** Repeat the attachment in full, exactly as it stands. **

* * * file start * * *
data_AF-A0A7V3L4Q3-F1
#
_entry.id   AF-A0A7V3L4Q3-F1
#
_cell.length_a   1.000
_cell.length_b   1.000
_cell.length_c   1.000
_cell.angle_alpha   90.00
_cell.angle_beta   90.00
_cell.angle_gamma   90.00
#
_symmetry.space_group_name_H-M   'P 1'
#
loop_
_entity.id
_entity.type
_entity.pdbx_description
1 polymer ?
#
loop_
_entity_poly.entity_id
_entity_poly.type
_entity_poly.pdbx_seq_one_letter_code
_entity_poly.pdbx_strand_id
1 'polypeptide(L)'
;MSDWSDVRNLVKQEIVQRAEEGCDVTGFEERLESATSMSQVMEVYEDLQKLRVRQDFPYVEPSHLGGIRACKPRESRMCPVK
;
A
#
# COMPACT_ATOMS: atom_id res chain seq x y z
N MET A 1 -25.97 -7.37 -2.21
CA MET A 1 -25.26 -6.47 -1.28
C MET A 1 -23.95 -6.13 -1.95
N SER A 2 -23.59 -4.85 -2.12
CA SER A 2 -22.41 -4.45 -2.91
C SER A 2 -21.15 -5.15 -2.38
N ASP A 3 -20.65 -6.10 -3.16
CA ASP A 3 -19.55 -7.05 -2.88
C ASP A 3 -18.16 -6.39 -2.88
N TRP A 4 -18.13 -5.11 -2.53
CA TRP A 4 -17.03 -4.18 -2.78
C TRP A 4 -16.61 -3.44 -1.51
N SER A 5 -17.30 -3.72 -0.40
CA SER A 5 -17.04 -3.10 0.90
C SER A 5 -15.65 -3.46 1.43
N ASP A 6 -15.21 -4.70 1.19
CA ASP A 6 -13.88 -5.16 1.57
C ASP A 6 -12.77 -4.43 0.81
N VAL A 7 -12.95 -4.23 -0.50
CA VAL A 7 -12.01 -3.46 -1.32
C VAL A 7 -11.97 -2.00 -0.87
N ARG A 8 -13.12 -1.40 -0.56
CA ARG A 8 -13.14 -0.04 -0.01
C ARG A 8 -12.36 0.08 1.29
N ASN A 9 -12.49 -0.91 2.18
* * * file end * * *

data_AF-A0A7V3L4Q3-F1
#
_entry.id   AF-A0A7V3L4Q3-F1
#
_cell.length_a   1.000
_cell.length_b   1.000
_cell.length_c   1.000
_cell.angle_alpha   90.00
_cell.angle_beta   90.00
_cell.angle_gamma   90.00
#
_symmetry.space_group_name_H-M   'P 1'
#
loop_
_entity.id
_entity.type
_entity.pdbx_description
1 polymer ?
#
loop_
_entity_poly.entity_id
_entity_poly.type
_entity_poly.pdbx_seq_one_letter_code
_entity_poly.pdbx_strand_id
1 'polypeptide(L)'
;MSDWSDVRNLVKQEIVQRAEEGCDVTGFEERLESATSMSQVMEVYEDLQKLRVRQDFPYVEPSHLGGIRACKPRESRMCPVK
;
A
#
# COMPACT_ATOMS: atom_id res chain seq x y z
N MET A 1 -25.97 -7.37 -2.21
CA MET A 1 -25.26 -6.47 -1.28
C MET A 1 -23.95 -6.13 -1.95
N SER A 2 -23.59 -4.85 -2.12
CA SER A 2 -22.41 -4.45 -2.91
C SER A 2 -21.15 -5.15 -2.38
N ASP A 3 -20.65 -6.10 -3.16
CA ASP A 3 -19.55 -7.05 -2.88
C ASP A 3 -18.16 -6.39 -2.88
N TRP A 4 -18.13 -5.11 -2.53
CA TRP A 4 -17.03 -4.18 -2.78
C TRP A 4 -16.61 -3.44 -1.51
N SER A 5 -17.30 -3.72 -0.40
CA SER A 5 -17.04 -3.10 0.90
C SER A 5 -15.65 -3.46 1.43
N ASP A 6 -15.21 -4.70 1.19
CA ASP A 6 -13.88 -5.16 1.57
C ASP A 6 -12.77 -4.43 0.81
N VAL A 7 -12.95 -4.23 -0.50
CA VAL A 7 -12.01 -3.46 -1.32
C VAL A 7 -11.97 -2.00 -0.87
N ARG A 8 -13.12 -1.40 -0.56
CA ARG A 8 -13.14 -0.04 -0.01
C ARG A 8 -12.36 0.08 1.29
N ASN A 9 -12.49 -0.91 2.18